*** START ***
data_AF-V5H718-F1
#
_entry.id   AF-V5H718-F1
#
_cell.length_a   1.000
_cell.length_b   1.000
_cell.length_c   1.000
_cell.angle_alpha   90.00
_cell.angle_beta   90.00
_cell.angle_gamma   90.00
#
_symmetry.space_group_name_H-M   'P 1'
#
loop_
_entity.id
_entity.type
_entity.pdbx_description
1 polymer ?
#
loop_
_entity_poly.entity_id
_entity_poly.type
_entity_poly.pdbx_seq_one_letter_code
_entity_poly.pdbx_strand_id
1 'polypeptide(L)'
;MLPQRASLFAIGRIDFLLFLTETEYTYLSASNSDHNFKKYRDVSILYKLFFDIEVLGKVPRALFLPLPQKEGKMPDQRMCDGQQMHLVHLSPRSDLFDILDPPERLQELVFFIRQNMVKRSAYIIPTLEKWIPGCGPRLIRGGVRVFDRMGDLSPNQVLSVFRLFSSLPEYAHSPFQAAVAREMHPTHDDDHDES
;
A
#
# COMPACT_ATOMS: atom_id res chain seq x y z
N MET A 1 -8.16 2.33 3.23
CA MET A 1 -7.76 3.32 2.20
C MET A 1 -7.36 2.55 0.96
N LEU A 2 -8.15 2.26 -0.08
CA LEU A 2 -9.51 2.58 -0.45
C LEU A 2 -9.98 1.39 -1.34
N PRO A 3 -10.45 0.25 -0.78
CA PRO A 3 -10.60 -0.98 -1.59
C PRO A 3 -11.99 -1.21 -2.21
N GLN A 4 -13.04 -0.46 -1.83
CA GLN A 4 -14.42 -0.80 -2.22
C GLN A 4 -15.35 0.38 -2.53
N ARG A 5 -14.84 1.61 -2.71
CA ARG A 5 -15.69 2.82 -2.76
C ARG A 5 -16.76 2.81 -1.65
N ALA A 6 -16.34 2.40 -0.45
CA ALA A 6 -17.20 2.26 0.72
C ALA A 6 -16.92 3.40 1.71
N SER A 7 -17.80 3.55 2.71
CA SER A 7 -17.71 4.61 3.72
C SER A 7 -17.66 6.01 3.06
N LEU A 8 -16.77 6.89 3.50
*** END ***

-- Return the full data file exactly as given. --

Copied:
data_AF-V5H718-F1
#
_entry.id   AF-V5H718-F1
#
_cell.length_a   1.000
_cell.length_b   1.000
_cell.length_c   1.000
_cell.angle_alpha   90.00
_cell.angle_beta   90.00
_cell.angle_gamma   90.00
#
_symmetry.space_group_name_H-M   'P 1'
#
loop_
_entity.id
_entity.type
_entity.pdbx_description
1 polymer ?
#
loop_
_entity_poly.entity_id
_entity_poly.type
_entity_poly.pdbx_seq_one_letter_code
_entity_poly.pdbx_strand_id
1 'polypeptide(L)'
;MLPQRASLFAIGRIDFLLFLTETEYTYLSASNSDHNFKKYRDVSILYKLFFDIEVLGKVPRALFLPLPQKEGKMPDQRMCDGQQMHLVHLSPRSDLFDILDPPERLQELVFFIRQNMVKRSAYIIPTLEKWIPGCGPRLIRGGVRVFDRMGDLSPNQVLSVFRLFSSLPEYAHSPFQAAVAREMHPTHDDDHDES
;
A
#
# COMPACT_ATOMS: atom_id res chain seq x y z
N MET A 1 -8.16 2.33 3.23
CA MET A 1 -7.76 3.32 2.20
C MET A 1 -7.36 2.55 0.96
N LEU A 2 -8.15 2.26 -0.08
CA LEU A 2 -9.51 2.58 -0.45
C LEU A 2 -9.98 1.39 -1.34
N PRO A 3 -10.45 0.25 -0.78
CA PRO A 3 -10.60 -0.98 -1.59
C PRO A 3 -11.99 -1.21 -2.21
N GLN A 4 -13.04 -0.46 -1.83
CA GLN A 4 -14.42 -0.80 -2.22
C GLN A 4 -15.35 0.38 -2.53
N ARG A 5 -14.84 1.61 -2.71
CA ARG A 5 -15.69 2.82 -2.76
C ARG A 5 -16.76 2.81 -1.65
N ALA A 6 -16.34 2.40 -0.45
CA ALA A 6 -17.20 2.26 0.72
C ALA A 6 -16.92 3.40 1.71
N SER A 7 -17.80 3.55 2.71
CA SER A 7 -17.71 4.61 3.72
C SER A 7 -17.66 6.01 3.06
N LEU A 8 -16.77 6.89 3.50